Woody Allen’s Riverside Drive
Corpus Playroom, 7pm, Tuesday 30th to Saturday 4th May
Do yourself a favour: go and see this play. You owe it to yourself after all your hard work, slaving away in various stages of solipsism and solitude. Regain your sanity by seeing a play where sanity is thrown out the window – or at least, twisted and manipulated by the weird tidal forces of Woody Allen’s universe.
The structure of the play itself is hardly insane. Neither is the ‘message’, or the ‘plot’, or the set-design. What is insane is Saul Boyer’s powerhouse performance as an unhinged hobo: the dark, menacing Jiminy Cricket to Seb Sutcliffe’s hapless Pinocchio. The interplay between the two is priceless, and provides an essential break from revision.
The play is essentially a two-hander, with the two characters – Saul’s Fred and Seb’s Jim – polar opposites prima facie. Fred is a down-and-out psychotic with apparently homicidal tendencies, who takes it upon himself to dispense tough moral advice to successful writer Jim. An interesting strand that runs through the play is the idea that Jim stole Fred’s ideas, experience, even his “life” (as Fred puts it), and made a successful screenplay out of it. As the play progresses, however, it is difficult to not see Fred as Jim’s monstrous id: a manifestation of his repressed guilt at his extra-marital affair, and a brutal force of self-correction and self-castigation.
Riverside Drive is still recognisably a Woody Allen play. References to philosophers abound (although Kierkegaard’s name is absent, for a change), a perfect mix of verbal wit and slapstick is attained, themes of infidelity and guilt are rife, and references to things like “thermo-nuclear masochism” place us firmly in Allen territory. There are also hints of self-plagiarism: in large part, the play is significantly similar to the Martin Landau narrative in Crimes and Misdemeanours (1989). But existential comedy-drama is one of Allen’s specialities, and the lightweight nature of Riverside Drive is transcended in this wonderful Corpus production, directed with pace, wit and refreshing originality by directors David Rattigan and Matthew Lee.
Boyer deserves particular credit for managing to elevate a rather inscrutable character – a “mendicant… vagrant… homeless guy!” who may or may not have enjoyed a once-fruitful, respectable life – into a comic gem. He avoids the usual challenge faced by males delivering Allen’s dialogue: a possible lapse into Allenesque cadences and their accompanying physical mannerisms. Instead, like the character he is supposed to be playing, he is a force of nature, elevating a piece of light but intelligent comedy into something a little more. Sutcliffe’s character is more of an Allen trope, and is therefore less interesting, and more like the Allen persona we all know; it seems at points like Sutcliffe is impersonating that persona, an easy and tempting slip that has afflicted even greats such as Kenneth Branagh, Sean Penn and John Cusack. Rattigan and Lee might have been more aware of this pitfall. Still, Sutcliffe handles the slapstick – particularly one inspired scene involving a bin – deftly, and his facial expressions and squeaky voice work to hilarious effect.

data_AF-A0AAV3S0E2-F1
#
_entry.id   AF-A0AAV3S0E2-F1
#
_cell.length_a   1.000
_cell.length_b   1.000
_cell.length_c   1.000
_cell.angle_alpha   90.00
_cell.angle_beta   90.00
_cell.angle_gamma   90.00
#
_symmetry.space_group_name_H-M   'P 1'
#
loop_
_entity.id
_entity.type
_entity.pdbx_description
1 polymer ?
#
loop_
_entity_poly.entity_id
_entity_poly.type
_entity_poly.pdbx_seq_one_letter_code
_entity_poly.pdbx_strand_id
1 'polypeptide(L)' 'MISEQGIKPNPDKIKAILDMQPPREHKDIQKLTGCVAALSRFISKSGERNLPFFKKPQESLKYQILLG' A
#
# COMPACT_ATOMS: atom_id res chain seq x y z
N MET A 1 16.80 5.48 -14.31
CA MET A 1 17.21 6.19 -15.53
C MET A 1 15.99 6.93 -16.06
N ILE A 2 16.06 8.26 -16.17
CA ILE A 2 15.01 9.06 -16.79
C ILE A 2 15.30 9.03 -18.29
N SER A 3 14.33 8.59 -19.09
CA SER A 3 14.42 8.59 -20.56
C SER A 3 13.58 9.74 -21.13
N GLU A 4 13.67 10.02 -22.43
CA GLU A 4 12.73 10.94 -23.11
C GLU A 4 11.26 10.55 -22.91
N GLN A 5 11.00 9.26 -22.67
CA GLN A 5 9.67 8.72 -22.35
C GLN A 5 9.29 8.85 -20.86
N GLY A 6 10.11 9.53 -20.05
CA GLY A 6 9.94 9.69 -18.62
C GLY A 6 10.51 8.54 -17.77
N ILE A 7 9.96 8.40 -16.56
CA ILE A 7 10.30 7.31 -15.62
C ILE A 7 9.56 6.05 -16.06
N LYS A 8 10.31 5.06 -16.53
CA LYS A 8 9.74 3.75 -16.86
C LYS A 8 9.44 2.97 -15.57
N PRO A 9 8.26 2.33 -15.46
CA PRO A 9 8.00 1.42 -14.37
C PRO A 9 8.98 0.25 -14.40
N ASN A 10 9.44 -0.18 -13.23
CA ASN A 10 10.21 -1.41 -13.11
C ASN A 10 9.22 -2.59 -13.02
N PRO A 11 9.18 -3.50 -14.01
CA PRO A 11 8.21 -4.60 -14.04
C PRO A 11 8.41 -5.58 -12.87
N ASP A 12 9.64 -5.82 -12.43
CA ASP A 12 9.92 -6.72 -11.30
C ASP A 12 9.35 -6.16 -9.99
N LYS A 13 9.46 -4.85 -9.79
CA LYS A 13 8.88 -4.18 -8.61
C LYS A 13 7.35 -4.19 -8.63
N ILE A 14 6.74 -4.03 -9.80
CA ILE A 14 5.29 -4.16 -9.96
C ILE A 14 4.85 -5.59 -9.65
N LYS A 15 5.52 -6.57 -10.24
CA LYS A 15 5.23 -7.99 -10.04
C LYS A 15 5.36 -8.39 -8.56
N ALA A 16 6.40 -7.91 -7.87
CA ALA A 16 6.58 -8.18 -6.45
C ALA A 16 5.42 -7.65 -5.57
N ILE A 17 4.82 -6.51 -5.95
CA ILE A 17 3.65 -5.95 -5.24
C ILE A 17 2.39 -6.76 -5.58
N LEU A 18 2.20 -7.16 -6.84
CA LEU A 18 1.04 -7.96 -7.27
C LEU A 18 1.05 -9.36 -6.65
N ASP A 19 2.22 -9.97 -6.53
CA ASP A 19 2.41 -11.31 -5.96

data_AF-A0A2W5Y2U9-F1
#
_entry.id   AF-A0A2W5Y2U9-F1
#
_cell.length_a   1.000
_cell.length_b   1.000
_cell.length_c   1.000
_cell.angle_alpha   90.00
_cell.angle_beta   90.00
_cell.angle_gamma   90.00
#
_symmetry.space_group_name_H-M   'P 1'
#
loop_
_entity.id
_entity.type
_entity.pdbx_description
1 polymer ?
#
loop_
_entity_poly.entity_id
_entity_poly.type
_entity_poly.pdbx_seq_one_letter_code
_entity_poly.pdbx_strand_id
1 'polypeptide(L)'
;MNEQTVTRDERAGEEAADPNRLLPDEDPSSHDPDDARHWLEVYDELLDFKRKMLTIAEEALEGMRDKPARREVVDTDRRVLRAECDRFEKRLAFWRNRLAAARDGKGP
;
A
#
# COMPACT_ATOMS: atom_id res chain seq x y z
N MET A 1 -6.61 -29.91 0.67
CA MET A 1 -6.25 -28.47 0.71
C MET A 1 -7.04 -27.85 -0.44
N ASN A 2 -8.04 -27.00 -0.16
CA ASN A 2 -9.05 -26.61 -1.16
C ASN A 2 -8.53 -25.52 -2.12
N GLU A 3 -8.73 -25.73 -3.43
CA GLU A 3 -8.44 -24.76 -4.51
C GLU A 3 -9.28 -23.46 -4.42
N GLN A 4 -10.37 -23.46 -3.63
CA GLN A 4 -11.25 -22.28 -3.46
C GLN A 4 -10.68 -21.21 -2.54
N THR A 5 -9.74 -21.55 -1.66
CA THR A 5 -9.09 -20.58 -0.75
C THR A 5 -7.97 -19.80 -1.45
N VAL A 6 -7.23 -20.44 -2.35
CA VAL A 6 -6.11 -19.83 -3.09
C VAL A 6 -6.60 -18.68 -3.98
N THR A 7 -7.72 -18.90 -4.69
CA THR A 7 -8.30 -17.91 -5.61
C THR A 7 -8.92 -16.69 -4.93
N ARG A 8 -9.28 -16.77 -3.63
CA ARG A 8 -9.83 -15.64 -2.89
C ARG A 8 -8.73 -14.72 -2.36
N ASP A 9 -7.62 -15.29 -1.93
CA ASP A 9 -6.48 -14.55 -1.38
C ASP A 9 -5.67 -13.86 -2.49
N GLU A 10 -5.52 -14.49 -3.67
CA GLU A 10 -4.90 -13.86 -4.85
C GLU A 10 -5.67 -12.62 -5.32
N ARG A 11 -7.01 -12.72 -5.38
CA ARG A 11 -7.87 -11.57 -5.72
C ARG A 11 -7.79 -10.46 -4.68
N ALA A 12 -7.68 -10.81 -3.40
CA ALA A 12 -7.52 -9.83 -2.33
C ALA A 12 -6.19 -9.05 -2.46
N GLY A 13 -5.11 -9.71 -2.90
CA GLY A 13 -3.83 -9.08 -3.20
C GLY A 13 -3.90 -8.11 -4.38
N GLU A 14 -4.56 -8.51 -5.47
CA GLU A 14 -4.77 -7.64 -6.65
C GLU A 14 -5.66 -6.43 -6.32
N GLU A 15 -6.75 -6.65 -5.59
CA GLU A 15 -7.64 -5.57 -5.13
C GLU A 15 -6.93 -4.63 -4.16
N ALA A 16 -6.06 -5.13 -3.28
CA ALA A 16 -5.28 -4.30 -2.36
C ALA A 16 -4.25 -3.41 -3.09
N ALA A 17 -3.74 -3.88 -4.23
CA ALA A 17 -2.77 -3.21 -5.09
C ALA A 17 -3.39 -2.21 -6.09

Seeing Allen’s work in theatrical form sheds new light on his masterful prose works. Some of his prose is better read aloud, but this Corpus production redefines and recontextualises Allen’s written humour, transposing it from an incessant stream of gags-as-prose to a series of better-paced, absurd (and absurdist) riffs on everyday life that play with our assumptions regarding issues such as homelessness. And it does all this while sticking to a tried-and-tested Allen formula.
Plaudits must also go to the fabulous programme-design: a booklet of several wonderfully illustrated pages that enhance the darkly surrealistic vibe of this hugely entertaining and consummately produced staging. I repeat: go and see Woody Allen’s Riverside Drive.